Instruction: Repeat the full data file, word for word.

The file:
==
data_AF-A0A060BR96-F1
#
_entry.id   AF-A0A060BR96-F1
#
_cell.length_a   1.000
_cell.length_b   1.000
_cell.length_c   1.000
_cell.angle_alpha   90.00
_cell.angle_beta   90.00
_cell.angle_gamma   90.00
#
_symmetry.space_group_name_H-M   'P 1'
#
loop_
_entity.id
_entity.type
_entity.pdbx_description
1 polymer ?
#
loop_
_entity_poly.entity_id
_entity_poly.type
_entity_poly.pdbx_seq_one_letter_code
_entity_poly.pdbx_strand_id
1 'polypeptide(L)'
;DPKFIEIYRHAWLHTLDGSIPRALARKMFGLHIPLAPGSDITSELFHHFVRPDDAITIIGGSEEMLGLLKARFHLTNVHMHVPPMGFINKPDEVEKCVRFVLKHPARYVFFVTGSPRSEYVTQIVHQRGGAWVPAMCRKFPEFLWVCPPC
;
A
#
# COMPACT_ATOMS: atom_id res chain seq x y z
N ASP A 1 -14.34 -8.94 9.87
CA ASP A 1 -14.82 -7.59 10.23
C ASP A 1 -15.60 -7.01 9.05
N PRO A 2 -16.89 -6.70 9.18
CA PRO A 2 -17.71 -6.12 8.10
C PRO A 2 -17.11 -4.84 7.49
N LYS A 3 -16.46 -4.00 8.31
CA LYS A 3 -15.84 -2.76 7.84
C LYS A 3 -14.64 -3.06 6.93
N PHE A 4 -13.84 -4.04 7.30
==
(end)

data_AF-A0A060BR96-F1
#
_entry.id   AF-A0A060BR96-F1
#
_cell.length_a   1.000
_cell.length_b   1.000
_cell.length_c   1.000
_cell.angle_alpha   90.00
_cell.angle_beta   90.00
_cell.angle_gamma   90.00
#
_symmetry.space_group_name_H-M   'P 1'
#
loop_
_entity.id
_entity.type
_entity.pdbx_description
1 polymer ?
#
loop_
_entity_poly.entity_id
_entity_poly.type
_entity_poly.pdbx_seq_one_letter_code
_entity_poly.pdbx_strand_id
1 'polypeptide(L)'
;DPKFIEIYRHAWLHTLDGSIPRALARKMFGLHIPLAPGSDITSELFHHFVRPDDAITIIGGSEEMLGLLKARFHLTNVHMHVPPMGFINKPDEVEKCVRFVLKHPARYVFFVTGSPRSEYVTQIVHQRGGAWVPAMCRKFPEFLWVCPPC
;
A
#
# COMPACT_ATOMS: atom_id res chain seq x y z
N ASP A 1 -14.34 -8.94 9.87
CA ASP A 1 -14.82 -7.59 10.23
C ASP A 1 -15.60 -7.01 9.05
N PRO A 2 -16.89 -6.70 9.18
CA PRO A 2 -17.71 -6.12 8.10
C PRO A 2 -17.11 -4.84 7.49
N LYS A 3 -16.46 -4.00 8.31
CA LYS A 3 -15.84 -2.76 7.84
C LYS A 3 -14.64 -3.06 6.93
N PHE A 4 -13.84 -4.04 7.30